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Ten Years Later

H istory is Borges’s “garden of forking paths.” A future derived from an event, particularly an event of large magnitude and low probability, obscures and eliminates all the other futures that would be possible had the event not taken place. 9/11 was one of such earth-shattering events after which nothing would ever be like it was before. It has led to an unprecedented outpouring of grief, mourning, anguish, and anger, two wars, and ten years of strife and controversy both in the world at large and in the United States.

There are at least two competing narratives in America and globally for what transpired. In the first narrative, 9/11 represented a lasting blow to the confidence and prestige of the remaining superpower, the end of the unipolar moment. A wounded giant, mismanaged in the eyes of many by an ignorant and ideological president, embarked on an unwinnable war in Afghanistan and a disastrous expedition to Iraq, lost a number of old friends and gained a number of new enemies, and amassed enormous debts which are going to haunt it for decades to come. Far from scoring a victory over the radical Islamists, it unwittingly contributed to their gradual emergence as the only force capable of replacing the corrupt pro-American regimes in the Middle East. Today the United States is hopelessly entangled in Iraq in a strange relationship with the neighboring and ever more powerful Iran, is fighting a rear-guard action in Afghanistan, increasingly runs the risk of losing Pakistan, has largely lost the ear of once the most loyal of allies in Turkey, and is distrusted everywhere in the Arab world because of what is seen as its single-minded support of Israel.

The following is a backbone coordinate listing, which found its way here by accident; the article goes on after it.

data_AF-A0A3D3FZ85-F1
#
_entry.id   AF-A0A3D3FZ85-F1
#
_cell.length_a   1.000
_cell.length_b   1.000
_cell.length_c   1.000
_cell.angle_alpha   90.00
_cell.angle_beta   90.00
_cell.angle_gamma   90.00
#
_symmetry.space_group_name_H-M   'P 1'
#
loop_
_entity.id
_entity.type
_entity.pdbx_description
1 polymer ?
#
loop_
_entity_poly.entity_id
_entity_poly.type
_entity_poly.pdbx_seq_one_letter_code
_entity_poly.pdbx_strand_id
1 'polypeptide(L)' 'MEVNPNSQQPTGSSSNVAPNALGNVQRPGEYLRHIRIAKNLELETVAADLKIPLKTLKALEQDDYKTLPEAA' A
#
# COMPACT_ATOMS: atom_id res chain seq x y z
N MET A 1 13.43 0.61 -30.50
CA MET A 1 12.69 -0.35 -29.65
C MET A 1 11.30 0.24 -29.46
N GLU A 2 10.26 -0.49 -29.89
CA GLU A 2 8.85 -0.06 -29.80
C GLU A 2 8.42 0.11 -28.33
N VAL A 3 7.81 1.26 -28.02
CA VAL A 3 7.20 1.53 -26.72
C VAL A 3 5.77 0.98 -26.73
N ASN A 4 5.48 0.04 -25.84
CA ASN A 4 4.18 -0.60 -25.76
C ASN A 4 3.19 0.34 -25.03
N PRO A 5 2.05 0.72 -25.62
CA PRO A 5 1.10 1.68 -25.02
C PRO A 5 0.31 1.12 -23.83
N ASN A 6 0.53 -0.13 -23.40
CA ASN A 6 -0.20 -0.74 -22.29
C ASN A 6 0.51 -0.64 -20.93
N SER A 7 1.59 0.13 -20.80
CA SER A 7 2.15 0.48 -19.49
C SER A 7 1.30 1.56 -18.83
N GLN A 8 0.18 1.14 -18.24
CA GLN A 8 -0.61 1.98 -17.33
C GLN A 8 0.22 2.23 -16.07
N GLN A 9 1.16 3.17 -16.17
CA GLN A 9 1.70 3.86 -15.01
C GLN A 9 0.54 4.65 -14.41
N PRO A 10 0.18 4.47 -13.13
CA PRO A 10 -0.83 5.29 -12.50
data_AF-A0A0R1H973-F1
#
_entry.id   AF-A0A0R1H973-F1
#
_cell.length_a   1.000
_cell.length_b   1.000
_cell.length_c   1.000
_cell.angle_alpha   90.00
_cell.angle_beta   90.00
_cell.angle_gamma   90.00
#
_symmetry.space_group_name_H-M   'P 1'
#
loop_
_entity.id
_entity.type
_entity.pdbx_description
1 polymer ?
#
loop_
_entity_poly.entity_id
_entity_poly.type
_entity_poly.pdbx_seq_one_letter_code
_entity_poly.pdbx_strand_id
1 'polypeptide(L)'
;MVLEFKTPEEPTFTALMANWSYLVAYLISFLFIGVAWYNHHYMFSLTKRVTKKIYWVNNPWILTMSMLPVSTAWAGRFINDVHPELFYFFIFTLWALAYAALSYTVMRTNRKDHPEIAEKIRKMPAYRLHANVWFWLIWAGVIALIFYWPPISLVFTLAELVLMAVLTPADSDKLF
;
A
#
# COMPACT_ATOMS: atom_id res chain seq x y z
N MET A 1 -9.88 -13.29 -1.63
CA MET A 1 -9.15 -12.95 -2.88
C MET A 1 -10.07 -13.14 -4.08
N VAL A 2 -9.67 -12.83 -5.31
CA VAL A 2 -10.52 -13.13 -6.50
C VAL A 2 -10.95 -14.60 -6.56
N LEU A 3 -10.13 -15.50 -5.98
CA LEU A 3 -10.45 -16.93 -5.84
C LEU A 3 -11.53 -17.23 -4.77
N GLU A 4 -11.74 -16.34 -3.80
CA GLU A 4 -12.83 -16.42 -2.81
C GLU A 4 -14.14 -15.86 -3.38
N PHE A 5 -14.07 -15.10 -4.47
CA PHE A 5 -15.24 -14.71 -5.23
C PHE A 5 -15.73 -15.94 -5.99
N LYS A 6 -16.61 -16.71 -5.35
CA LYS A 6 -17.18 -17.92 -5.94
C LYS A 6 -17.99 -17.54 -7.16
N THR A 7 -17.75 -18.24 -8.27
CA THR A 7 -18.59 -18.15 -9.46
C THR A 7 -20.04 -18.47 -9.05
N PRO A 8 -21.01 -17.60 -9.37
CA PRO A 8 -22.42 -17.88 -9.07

The alternative narrative gives the United States credit for facing up to the challenge it could not avoid and for staying the course over the years in spite of mounting casualties, costs, and criticism. It recognizes the deep bipolarity of the conflict and the dangers of trying to ignore it or dismiss it as a tragic singularity or reduce it to an issue of criminal justice. While acknowledging setbacks, failures, and mistakes along the way, it sees the United States and the civilization of which it is a part as more secure today than they were on the eve of the fatal day in September 2001 and better prepared for a similar attack in the future.

The answer to the question of which of the two narratives is closer to the truth depends on the consideration, admittedly and unavoidably speculative, of the forks in the garden of history, the paths not taken. Would the world be different if 9/11 never happened? Most certainly, but would it be all that much different? An un-invaded Afghanistan ruled by the Taliban would certainly continue to shelter exporters of the global jihad. It would continue to look for and find allies in the radical Islamist groups in the wider neighborhood, starting with Pakistan, possibly creating a much broader base for Islamic militancy. Saddam Hussein would remain a threat to his neighbors and to his own citizens, constantly pushing the envelope of UN sanctions and the no-fly zone. Iran would be still working on its nuclear program, which predates September 11th, and would still be engaged in making mischief in the region through its proxies in Lebanon and elsewhere. Moderate Islamists would still have governed Turkey for the last ten years. And the Middle East peace process would still exist more in name than reality.